Badgers players answer questions in Texas ahead of big game
ARLINGTON, TEXAS (WITI) — Wisconsin Badgers players answered questions in Arlington, Texas — ahead of their big Final Four game vs. Kentucky on Saturday, April 5th. The Badgers and the Wildcats tip off at 7:49 p.m. inside AT&T Stadium.
Q. For Traevon Jackson, as it is said, y’all are the best offense in 20 years, how does that feel? You’re averaging 73.9 points per game and how does that feel to be here in the Final Four as a team?
TRAEVON JACKSON: Honestly, I think that that is a big testament to our defense, because you can’t get into the opportunities that you want to do in terms of offensively if you’re not handling defensively. So we’re a versatile team, we like to share the ball, very confident in one another. I get on guys when they pass up open shots. They get on me the same type of way. So we’re just versatile. It’s good to play with guys like that.
Q. Frank, I’m curious, a long time ago, Bo remembered there was a guy at Kentucky who is no longer with us named Melvin Turpin. In high school, he couldn’t walk and chew game, and he eventually became a great basketball player. Big guys develop late. When you started, was it easy? Was it tough for you? Did you have trouble walking and chewing gum and now you can obviously play? A lot of big guys it takes a long time.
FRANK KAMINSKY: It was difficult growing so much so fast. My biggest battle was with doorways. I used to hit my head on everything. Learning to duck was my first big battle. But I knew once I conquered that, that I would be good going forward.
Q. Josh, you’ve had some tough defensive assignments in the regional out there, but I’m sure you’ll acknowledge you haven’t hit the shots that you wanted to. Has it been just missing shots or some shots selection?
JOSH GASSER: Definitely just missed a couple that I am confident in making. Teammates are probably confident in me as well in making them. You take a couple shots a game and you’re not going to make them all. But the worst thing you could do is to lose your confidence and to lose the other stuff that you could help your team out. So I’m just trying to focus on helping my team out anyway I can, defensive side of the ball, rebounding, being unselfish, and that’s what I’m going to try to do.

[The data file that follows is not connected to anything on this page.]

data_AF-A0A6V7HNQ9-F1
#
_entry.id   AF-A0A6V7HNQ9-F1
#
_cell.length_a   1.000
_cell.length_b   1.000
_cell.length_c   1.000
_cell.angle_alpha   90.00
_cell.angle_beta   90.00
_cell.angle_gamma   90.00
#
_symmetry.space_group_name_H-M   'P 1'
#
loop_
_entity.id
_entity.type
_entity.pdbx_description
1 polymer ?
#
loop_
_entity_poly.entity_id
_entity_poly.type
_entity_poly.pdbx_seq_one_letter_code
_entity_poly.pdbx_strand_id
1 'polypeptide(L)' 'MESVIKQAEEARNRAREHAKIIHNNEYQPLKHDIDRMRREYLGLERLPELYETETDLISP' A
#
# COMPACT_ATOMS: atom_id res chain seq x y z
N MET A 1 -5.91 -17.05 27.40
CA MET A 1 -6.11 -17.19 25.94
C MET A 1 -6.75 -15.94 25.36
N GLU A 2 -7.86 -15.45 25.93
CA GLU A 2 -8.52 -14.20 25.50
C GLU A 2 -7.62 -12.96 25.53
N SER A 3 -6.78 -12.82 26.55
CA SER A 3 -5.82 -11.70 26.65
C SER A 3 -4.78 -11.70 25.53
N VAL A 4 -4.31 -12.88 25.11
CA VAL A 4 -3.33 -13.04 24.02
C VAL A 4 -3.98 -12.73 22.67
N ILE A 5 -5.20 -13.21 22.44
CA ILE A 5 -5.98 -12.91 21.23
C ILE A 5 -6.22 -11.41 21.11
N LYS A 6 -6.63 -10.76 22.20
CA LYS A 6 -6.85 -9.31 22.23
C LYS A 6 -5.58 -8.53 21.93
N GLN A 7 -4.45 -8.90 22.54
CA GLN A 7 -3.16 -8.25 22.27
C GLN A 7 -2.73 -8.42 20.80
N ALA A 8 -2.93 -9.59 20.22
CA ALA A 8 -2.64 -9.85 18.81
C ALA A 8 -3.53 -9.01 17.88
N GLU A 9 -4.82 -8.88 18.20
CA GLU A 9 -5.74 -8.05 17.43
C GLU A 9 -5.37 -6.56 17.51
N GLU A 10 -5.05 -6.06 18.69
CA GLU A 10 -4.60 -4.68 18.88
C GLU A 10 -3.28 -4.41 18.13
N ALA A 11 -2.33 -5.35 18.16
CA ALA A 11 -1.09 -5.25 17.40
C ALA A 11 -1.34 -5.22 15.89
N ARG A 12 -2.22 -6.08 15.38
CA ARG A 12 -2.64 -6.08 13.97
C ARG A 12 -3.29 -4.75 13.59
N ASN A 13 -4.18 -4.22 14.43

Q. For Frank, I talked to Josh and Sam about this, but, of course, last week you mentioned the whole white guy thing. Do you think there’s a form of disrespect because guys will see you guys come on the court and it’s like, Oh, well, these white boys can’t play? But at the same time, you guys go out and you show that you’re just as athletic and as talented as everyone else.
FRANK KAMINSKY: Obviously, I said it last week, sometimes we kind of fail that eye test. I know that me personally, I’ve heard comments about how I look like I’m asleep all the time. I don’t know where that came from. But, you know, it doesn’t matter once the game starts. It doesn’t matter what we look like. It matters how we play. I think we have been playing our best basketball of the year. So people can say we look like this and we look like that, we look like a bunch of white guys, but it doesn’t matter at the end of the day.
COACH RYAN: And, please, everybody remember the question was asked of the players. If somebody were to say about you, How would you be described? So that’s the way Frank answered, because they have all heard it. So just so they know, because they weren’t there, not all of them.
Q. Sam and Frank, John Calipari was in here earlier and compared the defense that Julius Randle has faced to that that Shaq would have faced with three players on him frequently. Do you see him as that kind of challenge and what is your impression of him overall?
SAM DEKKER: Obviously, Julius is a very good player. You got to respect everything he’s been doing on the floor this year. He’s going to be a test. He’s a good player.